I could not have asked for a lovelier last evening on my visit to Harris. After I had finished my picnic tea, and communed with the cattle for a bit after my afternoon in the Uists, I drove back up the West Side. I stopped at the golf course to admire the clouds on top of Chaipaval:
The light below the lid of clouds was growing more intense:
I thought about going down onto Traigh Iar, but it was chilly, and besides which three photographers with tripods and huge zoom lenses appeared, which gave me an (admittedly feeble) excuse not to! I do love this beach, though. You can just see the standing stone on top of the hill. This is where the Clan MacLeod had their meeting place in former times.
I went on to Seilebost beach. You park your car near the school (sadly now closed, but it’s a campervan rental agency at the moment), and then walk across the machair and up across the dunes overlooking the beach.
I didn’t quite have the energy to climb down onto the beach itself, but enjoyed the view:
The sun was sinking ever lower:
I left and drove back towards Scalpay. As I climbed the steep brae past the Laxdale fishery, the colours in the sky were becoming quite dramatic:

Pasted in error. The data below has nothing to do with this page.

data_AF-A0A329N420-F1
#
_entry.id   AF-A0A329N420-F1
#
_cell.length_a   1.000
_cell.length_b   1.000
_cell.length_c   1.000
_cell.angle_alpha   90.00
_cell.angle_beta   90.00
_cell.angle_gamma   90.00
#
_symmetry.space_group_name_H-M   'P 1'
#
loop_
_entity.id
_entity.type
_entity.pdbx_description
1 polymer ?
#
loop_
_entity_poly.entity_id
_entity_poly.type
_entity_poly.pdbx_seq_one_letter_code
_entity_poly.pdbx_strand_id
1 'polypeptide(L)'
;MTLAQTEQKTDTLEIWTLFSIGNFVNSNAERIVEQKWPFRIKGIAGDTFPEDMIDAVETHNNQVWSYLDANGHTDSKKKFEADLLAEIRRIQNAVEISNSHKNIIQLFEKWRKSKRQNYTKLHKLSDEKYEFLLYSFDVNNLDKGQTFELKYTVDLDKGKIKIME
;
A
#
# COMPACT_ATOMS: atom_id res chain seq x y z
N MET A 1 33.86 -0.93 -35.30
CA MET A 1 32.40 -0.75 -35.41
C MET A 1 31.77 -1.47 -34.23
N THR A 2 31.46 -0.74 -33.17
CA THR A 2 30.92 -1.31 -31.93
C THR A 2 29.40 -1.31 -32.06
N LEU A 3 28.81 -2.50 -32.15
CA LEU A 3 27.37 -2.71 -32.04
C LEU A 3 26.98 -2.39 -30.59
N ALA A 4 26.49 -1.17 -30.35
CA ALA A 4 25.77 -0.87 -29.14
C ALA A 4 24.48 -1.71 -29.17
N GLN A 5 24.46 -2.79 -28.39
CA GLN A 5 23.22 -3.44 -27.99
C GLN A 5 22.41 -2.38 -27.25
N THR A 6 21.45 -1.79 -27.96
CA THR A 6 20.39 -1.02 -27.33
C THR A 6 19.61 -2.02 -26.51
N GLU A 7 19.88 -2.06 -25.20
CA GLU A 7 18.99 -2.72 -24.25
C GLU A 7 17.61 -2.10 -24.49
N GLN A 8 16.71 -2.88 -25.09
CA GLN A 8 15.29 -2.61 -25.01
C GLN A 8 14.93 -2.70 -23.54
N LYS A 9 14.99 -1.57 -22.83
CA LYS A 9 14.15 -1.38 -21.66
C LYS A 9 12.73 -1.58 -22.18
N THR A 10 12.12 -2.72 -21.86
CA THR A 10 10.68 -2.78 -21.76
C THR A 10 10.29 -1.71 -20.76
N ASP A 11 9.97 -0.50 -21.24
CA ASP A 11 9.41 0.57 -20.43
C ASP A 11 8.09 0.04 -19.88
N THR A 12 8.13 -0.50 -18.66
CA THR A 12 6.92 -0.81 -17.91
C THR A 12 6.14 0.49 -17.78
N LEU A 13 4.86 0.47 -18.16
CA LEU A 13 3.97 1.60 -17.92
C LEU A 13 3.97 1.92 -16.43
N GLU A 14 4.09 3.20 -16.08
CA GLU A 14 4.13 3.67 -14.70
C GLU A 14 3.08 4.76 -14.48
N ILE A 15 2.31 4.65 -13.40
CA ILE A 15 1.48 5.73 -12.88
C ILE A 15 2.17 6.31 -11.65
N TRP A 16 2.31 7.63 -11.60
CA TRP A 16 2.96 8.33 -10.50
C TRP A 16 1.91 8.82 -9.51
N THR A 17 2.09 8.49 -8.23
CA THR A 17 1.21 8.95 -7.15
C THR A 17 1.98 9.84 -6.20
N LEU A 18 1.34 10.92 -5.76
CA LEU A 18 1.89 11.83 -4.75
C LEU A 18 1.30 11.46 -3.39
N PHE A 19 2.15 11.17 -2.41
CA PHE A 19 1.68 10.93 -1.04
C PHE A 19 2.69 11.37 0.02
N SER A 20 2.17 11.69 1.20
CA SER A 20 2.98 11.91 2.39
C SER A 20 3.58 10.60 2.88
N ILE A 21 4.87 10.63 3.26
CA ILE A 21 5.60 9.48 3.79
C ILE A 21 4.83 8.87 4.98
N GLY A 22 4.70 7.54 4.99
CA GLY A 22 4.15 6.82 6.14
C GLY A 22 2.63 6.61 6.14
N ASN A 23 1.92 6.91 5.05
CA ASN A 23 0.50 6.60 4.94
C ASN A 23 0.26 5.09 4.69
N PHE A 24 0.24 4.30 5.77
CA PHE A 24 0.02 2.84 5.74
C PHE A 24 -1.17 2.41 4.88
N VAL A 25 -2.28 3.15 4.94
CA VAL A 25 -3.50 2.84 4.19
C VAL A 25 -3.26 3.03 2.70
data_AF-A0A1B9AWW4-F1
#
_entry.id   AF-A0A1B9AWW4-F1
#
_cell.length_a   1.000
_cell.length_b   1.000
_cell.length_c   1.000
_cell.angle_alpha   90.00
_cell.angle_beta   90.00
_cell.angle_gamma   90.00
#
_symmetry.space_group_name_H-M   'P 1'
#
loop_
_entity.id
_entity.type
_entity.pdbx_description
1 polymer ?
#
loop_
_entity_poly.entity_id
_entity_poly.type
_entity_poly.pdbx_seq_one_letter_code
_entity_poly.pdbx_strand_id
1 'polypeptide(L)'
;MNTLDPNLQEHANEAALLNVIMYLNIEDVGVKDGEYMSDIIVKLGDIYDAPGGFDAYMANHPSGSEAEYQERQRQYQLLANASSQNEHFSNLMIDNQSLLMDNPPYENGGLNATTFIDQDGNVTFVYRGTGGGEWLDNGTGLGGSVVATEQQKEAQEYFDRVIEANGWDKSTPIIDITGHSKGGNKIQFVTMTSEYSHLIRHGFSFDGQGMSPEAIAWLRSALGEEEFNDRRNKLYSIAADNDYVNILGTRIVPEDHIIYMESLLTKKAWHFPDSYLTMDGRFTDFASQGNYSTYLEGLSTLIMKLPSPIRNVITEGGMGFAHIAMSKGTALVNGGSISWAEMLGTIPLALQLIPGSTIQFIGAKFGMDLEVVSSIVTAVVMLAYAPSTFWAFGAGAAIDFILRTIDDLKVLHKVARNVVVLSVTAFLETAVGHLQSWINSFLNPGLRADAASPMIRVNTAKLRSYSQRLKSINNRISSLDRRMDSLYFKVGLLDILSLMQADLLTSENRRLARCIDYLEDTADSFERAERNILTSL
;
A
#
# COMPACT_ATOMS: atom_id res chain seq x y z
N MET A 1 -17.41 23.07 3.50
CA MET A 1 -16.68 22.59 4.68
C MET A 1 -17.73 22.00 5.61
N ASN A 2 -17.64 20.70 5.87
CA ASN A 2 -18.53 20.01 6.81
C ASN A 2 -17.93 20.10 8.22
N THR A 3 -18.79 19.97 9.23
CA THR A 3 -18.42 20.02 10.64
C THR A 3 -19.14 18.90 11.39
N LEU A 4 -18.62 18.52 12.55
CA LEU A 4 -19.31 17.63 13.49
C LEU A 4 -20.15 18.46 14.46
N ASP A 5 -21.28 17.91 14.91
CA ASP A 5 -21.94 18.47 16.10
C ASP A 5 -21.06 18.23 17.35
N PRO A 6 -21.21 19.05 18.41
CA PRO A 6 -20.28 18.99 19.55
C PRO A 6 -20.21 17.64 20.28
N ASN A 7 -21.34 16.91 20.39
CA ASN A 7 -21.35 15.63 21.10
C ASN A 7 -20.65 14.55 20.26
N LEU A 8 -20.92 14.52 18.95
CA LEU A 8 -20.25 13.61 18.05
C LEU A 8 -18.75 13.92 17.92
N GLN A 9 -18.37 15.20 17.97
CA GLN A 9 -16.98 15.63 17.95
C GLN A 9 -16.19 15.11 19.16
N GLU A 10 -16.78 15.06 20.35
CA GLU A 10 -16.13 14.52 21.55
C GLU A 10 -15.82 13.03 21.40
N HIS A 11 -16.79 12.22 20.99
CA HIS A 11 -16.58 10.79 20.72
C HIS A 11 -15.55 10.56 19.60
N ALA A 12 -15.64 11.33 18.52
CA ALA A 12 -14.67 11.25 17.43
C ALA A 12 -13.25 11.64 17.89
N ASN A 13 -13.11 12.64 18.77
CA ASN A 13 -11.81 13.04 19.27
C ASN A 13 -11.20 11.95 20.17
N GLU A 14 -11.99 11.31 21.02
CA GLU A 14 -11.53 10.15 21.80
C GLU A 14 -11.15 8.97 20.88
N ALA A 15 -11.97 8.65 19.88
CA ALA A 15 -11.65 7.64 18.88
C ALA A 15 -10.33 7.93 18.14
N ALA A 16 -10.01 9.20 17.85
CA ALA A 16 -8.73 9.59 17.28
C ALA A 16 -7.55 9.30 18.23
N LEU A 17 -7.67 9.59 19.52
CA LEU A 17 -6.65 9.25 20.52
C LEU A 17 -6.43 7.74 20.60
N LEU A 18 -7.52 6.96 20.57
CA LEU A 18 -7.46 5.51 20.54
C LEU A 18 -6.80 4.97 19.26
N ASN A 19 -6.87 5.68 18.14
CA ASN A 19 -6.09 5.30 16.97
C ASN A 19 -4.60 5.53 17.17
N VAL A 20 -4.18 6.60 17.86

A moment later I was rewarded with this:
I was grateful that there happened to be a safe place to pull over along there. So often on Harris the most marvellous sights greet one, but stopping safely to take a photo isn’t possible.
As I crossed the Scalpay bridge, I saw what might well have been an eagle swooping around over the narrow kyle (strait).
The colours of the sky and the crepuscular rays just seemed to get more and more intense as I went along:
And then, the last colours fast receded from the cloud cover:
That evening, I went to Catriona’s house for a wee visit. As usual she served me several kinds of baked goods and cakes, as well as tea. She had a lovely peat fire going, and we sat knitting and talking. I felt so very privileged.
If you are wondering what a “wally dog” is, they are iconic porcelain dogs that many traditional Scottish houses have near the fireplace. “Wally” is a Scots word for porcelain. There was an interesting discussion of the word in the comments of my post on The Tenement House!
And so my three days in Harris were nearly at an end. I had been pretty busy, really, apart from my morning of reading and knitting on the first day. But they say “a change is as good as a rest” and besides, meeting up with dear friends was just as important to me as communing with the beautiful colours and landscapes of the Isle of Harris.
In my next post, I’ll take you back to Glasgow – but I don’t blame you if you don’t want to go!